First UK Government Astronaut Set to Launch as UK Releases National Space Policy – UPDATE 2

First UK Government Astronaut Set to Launch as UK Releases National Space Policy – UPDATE 2

UPDATE, December 15, 2015, 8:50 pm EST:  The crew successfully docked with ISS a bit later than expected because of a problem with the Kurs automated docking system.  Soyuz TMA-19M commander Yuri Malenchenko took manual control of the docking and it took place at 12:33 pm EST (instead of 12:24 pm EST).  The hatches between Soyuz and ISS opened, and the new crew members entered ISS, at 2:58 pm EST.

UPDATE, December 15, 2015, 6:15 am EST:  Launch took place on time at 6:03 am EST.  Soyuz TMA-19M is now in orbit and on its way to a docking with the ISS in about 6 hours at 12:24 pm EST.

ORIGINAL STORY, December 14, 2015: Three new International Space Station (ISS) crew members are set to launch tomorrow morning, December 15, to join three others already aboard the ISS.  One is the first astronaut sponsored by the government of the United Kingdom (UK), which released its first national space policy yesterday.

UK astronaut Tim Peake will fly to the ISS on Soyuz TMA-19M along with NASA astronaut Tim Kopra and Rocosmos cosmonaut Yuri Malenchenko.  The UK is a member of the European Space Agency (ESA) and Peake is a member of the ESA astronaut corps.  

Launch is scheduled for 6:03 am Eastern Standard Time (5:03 pm local time at the launch site in Kazakhstan) and the spacecraft will dock with the ISS at approximately 12:24 pm EST.  The three new ISS crew members are replacing three who returned to Earth on Friday and will join NASA astronaut Scott Kelly and Roscosmos cosmonauts Mikhail Kornienko and Sergei Volkov.  Kelly and Kornienko are more than half-way through a year-long stint aboard the ISS that began in March; Volkov arrived in September.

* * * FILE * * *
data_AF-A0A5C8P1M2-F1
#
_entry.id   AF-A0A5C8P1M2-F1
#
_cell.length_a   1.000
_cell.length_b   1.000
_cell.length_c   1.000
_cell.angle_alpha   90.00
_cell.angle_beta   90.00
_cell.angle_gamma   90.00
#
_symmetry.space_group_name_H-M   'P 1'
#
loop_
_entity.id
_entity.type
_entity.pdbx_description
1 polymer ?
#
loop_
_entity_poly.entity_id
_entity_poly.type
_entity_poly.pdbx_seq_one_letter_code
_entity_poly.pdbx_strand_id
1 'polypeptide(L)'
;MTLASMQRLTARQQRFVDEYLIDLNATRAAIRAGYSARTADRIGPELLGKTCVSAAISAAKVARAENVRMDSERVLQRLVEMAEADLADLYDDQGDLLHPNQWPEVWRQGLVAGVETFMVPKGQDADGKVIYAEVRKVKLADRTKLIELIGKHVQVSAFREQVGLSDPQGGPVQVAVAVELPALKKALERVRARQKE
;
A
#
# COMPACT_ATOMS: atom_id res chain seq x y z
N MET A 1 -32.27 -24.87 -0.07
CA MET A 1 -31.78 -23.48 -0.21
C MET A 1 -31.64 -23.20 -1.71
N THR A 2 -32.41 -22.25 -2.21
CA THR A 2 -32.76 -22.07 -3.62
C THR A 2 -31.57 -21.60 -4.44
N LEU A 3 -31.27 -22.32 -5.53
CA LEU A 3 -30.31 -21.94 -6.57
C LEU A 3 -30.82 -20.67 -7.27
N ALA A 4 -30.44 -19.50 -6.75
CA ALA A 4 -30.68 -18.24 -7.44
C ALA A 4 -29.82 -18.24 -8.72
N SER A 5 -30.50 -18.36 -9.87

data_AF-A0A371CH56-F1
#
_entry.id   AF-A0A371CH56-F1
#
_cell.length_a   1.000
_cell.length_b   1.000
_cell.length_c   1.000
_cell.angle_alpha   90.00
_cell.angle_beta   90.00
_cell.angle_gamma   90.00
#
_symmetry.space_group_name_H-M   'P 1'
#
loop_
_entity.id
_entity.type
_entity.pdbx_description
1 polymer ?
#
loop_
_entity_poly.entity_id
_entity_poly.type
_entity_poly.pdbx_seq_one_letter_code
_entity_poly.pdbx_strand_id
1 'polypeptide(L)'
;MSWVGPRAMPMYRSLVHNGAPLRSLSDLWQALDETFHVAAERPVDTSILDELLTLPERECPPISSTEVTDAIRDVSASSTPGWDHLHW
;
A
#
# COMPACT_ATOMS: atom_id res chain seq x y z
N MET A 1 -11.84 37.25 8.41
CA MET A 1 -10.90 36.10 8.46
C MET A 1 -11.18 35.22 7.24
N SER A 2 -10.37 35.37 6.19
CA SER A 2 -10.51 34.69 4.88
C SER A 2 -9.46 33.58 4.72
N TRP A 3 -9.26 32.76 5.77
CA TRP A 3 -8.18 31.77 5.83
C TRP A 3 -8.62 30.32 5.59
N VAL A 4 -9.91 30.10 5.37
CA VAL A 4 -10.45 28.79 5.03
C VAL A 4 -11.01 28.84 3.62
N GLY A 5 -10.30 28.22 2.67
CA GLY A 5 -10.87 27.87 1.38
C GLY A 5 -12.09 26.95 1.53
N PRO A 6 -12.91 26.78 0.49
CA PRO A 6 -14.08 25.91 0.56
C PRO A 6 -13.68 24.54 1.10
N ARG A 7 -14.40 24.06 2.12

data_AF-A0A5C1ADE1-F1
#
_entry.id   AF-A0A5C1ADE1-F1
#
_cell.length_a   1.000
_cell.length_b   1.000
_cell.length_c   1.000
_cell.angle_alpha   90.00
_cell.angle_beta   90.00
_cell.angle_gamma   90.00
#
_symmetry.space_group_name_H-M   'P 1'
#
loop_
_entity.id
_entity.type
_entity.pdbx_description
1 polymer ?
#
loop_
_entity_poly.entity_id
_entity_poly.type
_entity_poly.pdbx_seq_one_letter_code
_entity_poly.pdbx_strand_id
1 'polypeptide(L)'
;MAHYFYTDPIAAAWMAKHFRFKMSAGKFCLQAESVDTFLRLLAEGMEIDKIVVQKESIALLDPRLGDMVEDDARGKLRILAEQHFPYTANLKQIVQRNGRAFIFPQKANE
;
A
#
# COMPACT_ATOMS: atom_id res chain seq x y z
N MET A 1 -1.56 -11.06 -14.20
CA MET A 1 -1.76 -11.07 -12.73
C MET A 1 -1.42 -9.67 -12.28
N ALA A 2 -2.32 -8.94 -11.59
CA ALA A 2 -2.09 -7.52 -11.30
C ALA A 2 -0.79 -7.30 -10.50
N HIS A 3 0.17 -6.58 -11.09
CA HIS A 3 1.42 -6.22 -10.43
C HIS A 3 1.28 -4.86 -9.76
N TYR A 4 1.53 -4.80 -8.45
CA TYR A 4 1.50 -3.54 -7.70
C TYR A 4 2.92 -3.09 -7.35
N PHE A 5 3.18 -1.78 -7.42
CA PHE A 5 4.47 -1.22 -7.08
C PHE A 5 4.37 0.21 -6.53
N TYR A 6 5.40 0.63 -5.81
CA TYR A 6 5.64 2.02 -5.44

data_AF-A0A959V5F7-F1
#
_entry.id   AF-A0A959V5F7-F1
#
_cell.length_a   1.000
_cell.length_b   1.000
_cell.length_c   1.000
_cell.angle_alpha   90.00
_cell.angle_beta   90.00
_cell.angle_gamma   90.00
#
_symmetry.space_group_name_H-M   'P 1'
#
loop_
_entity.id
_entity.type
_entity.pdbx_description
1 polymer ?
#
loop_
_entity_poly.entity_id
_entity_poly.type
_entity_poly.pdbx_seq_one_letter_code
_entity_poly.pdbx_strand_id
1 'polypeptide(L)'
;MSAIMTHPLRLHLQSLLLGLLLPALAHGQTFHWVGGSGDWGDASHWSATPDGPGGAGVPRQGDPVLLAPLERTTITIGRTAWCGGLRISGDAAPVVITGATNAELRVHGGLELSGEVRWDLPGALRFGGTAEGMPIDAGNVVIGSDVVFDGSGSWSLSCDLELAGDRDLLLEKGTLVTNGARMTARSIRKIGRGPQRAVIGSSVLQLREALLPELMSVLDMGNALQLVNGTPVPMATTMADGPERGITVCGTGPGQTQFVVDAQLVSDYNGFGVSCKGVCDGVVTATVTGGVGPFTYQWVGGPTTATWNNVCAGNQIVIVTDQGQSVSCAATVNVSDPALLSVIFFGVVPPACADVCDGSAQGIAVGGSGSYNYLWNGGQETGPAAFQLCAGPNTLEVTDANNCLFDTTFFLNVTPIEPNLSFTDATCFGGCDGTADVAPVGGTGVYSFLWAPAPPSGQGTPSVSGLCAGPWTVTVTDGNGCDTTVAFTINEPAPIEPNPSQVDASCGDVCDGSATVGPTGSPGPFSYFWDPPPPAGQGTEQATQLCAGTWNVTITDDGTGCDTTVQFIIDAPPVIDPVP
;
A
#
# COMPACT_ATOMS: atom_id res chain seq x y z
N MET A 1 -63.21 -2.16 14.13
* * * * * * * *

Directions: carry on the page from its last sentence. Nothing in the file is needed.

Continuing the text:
Peake is the first person to fly into space as a representative of the British government.  He is not the first British citizen to make a spaceflight, however. That honor belongs to Helen Sharman who visited Russia’s Mir space station in 1991 as a space “tourist.”   Three men born in Britain have flown as NASA astronauts after becoming U.S. citizens (Michael Foale, Piers Sellers and Nicholas Patrick) and a South African space tourist (Mark Shuttleworth) has dual citizenship in Britain.

Britain is heralding Peake as its first astronaut, however, and its decision to sponsor an astronaut as part of ESA’s astronaut corps does mark a change from its previous focus on space applications, especially remote sensing of the Earth.   Britain is one of 11 European countries that are officially part of the ISS program, having signed the original Intergovernmental Agreement (IGA) that governs the ISS program in 1988 and a revised version in 1998 that brought Russia into the program.  It did not financially contribute to the program for many years, however, so the number of European members of the ISS program is variously listed as 10 or 11.

In any event, the UK government appears to have warmed up to the value of human spaceflight and more broadly to space activities.  Yesterday it issued its first national space policy whose opening words are “Space matters.”  The report asserts that in 2014 “the UK space sector directly contributed £11.8 billion to the UK economy and employed nearly 35,000 skilled workers.”  The 14-page document says little about the UK’s plans for future human spaceflight, although the forward by the UK Secretary of State for Business, Innovation and Skills refers to Peake’s flight as part of the UK’s role in exploration that will deliver cutting edge science and inspire the next generation of scientists and engineers.

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